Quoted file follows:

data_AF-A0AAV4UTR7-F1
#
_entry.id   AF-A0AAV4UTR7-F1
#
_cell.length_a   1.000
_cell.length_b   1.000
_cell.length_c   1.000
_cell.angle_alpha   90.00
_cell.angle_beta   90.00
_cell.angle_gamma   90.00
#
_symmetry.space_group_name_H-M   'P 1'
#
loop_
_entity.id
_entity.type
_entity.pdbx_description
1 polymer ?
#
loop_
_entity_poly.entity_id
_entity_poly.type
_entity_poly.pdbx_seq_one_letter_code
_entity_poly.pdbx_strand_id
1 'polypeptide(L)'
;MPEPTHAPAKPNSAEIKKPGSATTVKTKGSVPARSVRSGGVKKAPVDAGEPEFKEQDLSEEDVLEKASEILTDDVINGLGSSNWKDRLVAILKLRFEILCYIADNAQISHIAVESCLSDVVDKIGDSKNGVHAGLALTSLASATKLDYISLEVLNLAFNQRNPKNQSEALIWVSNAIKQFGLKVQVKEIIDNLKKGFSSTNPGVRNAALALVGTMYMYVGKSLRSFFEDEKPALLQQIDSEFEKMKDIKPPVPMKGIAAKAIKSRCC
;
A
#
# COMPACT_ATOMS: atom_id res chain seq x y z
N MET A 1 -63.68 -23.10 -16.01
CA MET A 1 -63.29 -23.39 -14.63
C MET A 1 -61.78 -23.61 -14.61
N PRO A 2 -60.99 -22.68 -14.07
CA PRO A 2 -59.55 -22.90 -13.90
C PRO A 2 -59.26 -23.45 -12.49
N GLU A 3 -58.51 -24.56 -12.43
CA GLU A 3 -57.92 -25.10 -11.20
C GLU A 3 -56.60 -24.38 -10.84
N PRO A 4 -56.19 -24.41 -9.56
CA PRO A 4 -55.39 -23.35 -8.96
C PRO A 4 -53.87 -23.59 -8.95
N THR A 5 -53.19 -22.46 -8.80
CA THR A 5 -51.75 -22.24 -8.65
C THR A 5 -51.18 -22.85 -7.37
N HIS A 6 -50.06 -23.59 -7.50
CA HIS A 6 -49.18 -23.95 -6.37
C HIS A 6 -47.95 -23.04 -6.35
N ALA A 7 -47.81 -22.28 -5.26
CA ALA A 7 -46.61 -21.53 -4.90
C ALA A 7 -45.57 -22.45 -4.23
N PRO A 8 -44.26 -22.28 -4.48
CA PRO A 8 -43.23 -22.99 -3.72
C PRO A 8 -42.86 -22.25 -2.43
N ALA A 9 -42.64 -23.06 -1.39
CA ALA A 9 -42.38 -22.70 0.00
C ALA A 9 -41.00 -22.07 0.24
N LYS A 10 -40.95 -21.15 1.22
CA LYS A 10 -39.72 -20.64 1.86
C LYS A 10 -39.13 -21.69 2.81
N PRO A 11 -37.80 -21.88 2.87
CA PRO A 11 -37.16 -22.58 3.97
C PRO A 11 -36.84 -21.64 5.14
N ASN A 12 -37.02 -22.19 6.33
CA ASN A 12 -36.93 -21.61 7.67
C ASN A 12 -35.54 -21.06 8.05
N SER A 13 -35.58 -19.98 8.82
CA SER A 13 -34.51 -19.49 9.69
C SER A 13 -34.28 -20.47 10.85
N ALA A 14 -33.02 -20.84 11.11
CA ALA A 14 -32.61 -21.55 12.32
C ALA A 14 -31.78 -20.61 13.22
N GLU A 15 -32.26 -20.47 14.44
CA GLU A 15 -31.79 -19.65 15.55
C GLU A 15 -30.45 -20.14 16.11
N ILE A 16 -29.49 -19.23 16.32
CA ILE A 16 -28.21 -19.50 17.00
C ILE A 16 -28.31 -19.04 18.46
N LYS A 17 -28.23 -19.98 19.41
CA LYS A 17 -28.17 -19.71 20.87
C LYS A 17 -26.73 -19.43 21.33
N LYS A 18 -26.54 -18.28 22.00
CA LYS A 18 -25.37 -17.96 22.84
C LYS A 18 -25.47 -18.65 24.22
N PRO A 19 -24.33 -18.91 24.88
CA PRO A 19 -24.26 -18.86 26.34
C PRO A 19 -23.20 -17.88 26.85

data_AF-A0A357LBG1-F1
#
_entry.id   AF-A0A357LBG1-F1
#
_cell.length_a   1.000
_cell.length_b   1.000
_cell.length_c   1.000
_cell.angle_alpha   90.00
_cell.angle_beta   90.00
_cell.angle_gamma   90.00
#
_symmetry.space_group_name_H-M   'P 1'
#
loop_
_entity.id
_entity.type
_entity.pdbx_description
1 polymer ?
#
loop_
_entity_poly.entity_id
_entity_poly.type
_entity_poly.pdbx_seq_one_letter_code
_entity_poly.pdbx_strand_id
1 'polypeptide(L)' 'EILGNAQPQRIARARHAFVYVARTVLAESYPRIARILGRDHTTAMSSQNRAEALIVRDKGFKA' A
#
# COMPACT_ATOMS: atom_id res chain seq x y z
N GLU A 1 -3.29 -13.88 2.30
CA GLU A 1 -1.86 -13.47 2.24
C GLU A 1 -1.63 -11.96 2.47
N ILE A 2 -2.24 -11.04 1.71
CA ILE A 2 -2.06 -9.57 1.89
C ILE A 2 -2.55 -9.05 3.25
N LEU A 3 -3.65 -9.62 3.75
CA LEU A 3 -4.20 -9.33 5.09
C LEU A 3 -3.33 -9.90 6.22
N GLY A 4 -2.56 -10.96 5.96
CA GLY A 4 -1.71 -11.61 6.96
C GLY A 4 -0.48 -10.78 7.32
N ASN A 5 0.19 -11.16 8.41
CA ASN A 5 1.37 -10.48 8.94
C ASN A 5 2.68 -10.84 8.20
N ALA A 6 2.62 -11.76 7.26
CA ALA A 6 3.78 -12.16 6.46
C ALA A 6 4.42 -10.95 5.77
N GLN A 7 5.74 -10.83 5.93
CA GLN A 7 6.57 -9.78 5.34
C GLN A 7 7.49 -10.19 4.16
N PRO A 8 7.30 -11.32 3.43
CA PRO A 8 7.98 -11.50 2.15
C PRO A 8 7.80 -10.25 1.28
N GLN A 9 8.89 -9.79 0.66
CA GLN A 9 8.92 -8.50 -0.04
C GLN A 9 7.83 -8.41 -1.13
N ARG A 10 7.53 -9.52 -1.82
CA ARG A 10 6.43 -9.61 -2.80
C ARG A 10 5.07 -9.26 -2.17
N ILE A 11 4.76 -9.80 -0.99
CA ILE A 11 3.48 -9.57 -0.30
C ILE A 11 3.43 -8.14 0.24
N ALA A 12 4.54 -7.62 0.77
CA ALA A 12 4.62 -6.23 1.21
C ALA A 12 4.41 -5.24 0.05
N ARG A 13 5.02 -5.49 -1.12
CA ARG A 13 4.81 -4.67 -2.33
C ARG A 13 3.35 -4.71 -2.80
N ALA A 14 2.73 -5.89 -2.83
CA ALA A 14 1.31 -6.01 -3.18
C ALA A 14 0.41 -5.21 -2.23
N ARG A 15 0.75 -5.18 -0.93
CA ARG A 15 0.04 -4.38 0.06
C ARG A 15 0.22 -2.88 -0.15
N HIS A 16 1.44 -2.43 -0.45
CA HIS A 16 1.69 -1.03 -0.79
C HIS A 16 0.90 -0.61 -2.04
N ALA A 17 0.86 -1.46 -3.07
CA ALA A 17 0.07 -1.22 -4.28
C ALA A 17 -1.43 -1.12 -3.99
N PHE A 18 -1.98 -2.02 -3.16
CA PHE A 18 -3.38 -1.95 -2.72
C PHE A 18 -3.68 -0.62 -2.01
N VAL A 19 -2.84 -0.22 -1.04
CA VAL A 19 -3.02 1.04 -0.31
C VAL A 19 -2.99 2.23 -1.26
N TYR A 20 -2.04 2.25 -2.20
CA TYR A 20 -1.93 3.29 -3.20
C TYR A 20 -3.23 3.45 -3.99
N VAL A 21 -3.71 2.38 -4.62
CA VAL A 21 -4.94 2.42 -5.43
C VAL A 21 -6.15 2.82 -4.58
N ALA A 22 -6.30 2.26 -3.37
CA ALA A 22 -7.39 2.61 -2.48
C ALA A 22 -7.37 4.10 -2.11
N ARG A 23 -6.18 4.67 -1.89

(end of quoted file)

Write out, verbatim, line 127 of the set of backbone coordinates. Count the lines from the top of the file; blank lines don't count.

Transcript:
N ASN A 5 0.19 -11.16 8.41